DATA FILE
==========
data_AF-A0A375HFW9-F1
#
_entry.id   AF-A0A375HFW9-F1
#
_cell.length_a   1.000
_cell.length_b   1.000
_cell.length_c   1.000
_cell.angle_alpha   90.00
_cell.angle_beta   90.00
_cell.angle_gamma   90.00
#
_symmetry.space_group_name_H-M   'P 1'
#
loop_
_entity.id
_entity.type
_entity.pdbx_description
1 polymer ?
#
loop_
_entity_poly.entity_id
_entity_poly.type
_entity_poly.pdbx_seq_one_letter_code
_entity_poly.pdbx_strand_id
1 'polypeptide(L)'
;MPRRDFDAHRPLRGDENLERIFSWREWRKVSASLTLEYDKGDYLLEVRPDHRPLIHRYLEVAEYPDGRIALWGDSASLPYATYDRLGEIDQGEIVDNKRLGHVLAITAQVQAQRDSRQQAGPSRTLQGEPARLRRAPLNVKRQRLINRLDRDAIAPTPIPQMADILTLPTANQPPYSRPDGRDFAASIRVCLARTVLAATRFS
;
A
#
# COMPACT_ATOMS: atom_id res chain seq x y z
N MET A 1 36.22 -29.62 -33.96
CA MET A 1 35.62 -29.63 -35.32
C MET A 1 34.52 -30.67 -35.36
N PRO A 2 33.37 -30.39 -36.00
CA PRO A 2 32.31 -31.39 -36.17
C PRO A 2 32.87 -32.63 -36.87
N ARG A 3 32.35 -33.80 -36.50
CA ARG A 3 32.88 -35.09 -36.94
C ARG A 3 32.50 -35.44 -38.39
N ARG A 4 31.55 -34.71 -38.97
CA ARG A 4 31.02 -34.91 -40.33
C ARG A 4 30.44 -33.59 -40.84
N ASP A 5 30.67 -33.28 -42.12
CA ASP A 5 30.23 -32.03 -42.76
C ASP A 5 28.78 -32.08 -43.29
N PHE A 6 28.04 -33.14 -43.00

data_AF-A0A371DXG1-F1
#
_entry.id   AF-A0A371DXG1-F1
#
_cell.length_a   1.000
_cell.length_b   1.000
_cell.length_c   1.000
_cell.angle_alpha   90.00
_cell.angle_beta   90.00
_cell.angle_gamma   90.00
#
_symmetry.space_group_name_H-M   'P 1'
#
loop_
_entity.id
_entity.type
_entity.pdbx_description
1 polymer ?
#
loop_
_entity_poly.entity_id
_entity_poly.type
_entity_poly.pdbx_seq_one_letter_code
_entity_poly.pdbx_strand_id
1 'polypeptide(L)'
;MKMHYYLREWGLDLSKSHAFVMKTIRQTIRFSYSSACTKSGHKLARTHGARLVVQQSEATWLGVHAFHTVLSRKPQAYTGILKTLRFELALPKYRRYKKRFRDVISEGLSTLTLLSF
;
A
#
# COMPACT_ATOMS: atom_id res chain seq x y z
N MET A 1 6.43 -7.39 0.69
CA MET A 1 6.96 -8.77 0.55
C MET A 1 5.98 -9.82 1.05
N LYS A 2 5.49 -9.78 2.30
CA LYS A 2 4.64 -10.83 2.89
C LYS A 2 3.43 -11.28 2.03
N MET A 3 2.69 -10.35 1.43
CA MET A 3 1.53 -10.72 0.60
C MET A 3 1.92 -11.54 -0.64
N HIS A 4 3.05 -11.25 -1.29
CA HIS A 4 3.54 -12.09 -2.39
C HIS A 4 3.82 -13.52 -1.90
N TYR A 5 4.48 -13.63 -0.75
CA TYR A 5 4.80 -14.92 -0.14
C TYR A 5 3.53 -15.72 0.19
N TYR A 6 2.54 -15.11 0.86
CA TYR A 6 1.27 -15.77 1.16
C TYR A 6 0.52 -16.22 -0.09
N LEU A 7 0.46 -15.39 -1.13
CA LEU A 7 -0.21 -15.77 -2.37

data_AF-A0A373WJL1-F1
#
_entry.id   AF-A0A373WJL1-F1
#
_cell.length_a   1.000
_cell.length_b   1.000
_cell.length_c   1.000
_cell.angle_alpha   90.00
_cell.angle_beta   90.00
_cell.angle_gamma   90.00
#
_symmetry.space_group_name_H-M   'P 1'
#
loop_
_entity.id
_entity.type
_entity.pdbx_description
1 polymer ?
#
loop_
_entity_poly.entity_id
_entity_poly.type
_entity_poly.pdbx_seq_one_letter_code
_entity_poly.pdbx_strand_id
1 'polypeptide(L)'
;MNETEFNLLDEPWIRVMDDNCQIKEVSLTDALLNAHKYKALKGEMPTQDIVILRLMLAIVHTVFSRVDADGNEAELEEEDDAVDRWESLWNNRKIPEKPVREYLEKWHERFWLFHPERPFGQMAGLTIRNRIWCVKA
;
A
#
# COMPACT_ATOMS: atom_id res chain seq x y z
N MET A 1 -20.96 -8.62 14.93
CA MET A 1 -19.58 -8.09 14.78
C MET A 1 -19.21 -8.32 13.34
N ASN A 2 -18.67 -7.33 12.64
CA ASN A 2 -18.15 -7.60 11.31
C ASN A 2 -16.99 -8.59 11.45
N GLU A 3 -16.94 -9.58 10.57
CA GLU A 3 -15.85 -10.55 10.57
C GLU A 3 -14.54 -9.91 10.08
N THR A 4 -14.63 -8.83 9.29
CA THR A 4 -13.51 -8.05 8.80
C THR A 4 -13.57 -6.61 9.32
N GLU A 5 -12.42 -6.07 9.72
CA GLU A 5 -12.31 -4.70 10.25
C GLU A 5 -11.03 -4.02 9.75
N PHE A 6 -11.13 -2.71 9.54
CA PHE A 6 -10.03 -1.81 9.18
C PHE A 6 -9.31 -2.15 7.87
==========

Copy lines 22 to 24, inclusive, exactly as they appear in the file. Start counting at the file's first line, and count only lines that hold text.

_entity_poly.type
_entity_poly.pdbx_seq_one_letter_code
_entity_poly.pdbx_strand_id